China’s Communist government is rolling out a plan to assign everyone in the country “citizenship scores.” According to the ACLU, “China appears to be leveraging all the tools of the information age—electronic purchasing data, social networks, algorithmic sorting—to construct the ultimate tool of social control. It is, as one commentator put it, ‘authoritarianism, gamified.’ ” In the system, everyone is measured by a score ranging from 350 to 950, and that score is linked to a national ID card. In addition to measuring your financial credit, it will also measure political compliance. Expressing the wrong opinion—or merely having friends who express the wrong opinion—will hurt your score. The higher your score, the more privileges the government will grant you.
This horrifying plan is to be administered by Alibaba and Tencent, companies that run much of China’s approved social networks and already have tremendous stores of data about what Chinese citizens are saying. When it comes to weaponizing oppression, even the Communist Chinese now see the value of private enterprise. That’s something to keep in mind when American politicians inevitably start agitating to enlist Apple or Google in launching some grand political initiative.
It’s worth noting that at least one big American tech company is already a party to this oppressive nightmare. Yahoo still owns a hefty chunk—worth about $23 billion—of Alibaba stock. As The Weekly Standard’s Mark Hemingway noted in “The Media Kowtow” (Nov. 11, 2013), a feature on how American media are complicit in covering up Chinese human rights abuses, Yahoo was allowed to purchase a big chunk of Alibaba way back in 2006, less than a year after it voluntarily coughed up the identity of a democracy activist who was anonymously using a Yahoo email address, at the Chinese government’s request.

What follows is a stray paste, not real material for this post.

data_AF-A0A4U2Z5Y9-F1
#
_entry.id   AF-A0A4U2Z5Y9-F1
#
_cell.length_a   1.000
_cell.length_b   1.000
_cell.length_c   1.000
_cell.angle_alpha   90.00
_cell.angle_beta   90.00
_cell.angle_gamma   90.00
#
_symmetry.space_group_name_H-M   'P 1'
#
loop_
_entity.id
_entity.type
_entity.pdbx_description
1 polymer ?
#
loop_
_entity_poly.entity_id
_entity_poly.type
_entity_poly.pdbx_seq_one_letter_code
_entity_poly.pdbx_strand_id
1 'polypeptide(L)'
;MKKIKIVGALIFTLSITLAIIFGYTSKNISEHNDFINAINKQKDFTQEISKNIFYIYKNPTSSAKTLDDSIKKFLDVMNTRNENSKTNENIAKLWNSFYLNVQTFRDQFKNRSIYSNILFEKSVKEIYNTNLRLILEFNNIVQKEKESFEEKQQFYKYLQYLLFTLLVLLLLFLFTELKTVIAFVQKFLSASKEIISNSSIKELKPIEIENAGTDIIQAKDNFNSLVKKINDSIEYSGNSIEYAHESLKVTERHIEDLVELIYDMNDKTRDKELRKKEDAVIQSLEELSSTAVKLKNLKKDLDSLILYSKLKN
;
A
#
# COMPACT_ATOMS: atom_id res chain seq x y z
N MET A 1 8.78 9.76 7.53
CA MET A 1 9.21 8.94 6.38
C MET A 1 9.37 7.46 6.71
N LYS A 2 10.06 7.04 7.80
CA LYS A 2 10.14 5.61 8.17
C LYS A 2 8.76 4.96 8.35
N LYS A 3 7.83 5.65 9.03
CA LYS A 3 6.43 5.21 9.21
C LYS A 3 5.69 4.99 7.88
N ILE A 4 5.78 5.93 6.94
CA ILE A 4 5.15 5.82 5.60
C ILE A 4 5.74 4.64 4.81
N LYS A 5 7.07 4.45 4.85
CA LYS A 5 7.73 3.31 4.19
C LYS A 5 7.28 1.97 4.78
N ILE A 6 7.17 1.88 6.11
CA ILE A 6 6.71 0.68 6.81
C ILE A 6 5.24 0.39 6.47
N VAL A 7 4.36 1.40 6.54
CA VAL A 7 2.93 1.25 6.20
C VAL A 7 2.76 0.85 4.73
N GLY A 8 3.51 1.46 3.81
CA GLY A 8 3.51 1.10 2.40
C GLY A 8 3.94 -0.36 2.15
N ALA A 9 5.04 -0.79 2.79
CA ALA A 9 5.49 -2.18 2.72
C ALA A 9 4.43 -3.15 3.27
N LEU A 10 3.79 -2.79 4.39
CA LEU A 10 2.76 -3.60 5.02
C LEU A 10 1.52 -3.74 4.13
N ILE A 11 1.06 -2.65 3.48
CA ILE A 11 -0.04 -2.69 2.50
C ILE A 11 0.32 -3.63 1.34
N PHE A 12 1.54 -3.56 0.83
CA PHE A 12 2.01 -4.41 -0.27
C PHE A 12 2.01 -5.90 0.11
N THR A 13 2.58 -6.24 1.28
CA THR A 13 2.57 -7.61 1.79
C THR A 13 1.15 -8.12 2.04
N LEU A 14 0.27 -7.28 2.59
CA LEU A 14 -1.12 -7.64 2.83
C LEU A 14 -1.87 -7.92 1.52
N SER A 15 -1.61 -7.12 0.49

Journalist Shi Tao as a result was sentenced to 10 years in prison for leaking Chinese Propaganda Department directives showing that Beijing was suppressing attempts to commemorate the 15th anniversary of the Tiananmen Square massacre. Yahoo may hope you believe that approval to purchase what turned out to be an extremely lucrative pre-IPO stake in Alibaba was in no way related to its willingness to help the Chinese government imprison Shi Tao for the crime of wanting to live in a free country. But no one believes that.
Yahoo has plans to spin off their Alibaba investment into a profitable holding company so they can avoid billions in taxes, but so far the IRS has dragged its feet approving the deal. It would be nice if the American government—to say nothing of Yahoo’s investors and business partners—did something to demonstrate they care that the company is set to make billions profiting off Alibaba and its plans to reduce the financial prospects and political freedom of 1.3 billion people to a “citizen score” controlled by a murderous and oppressive regime.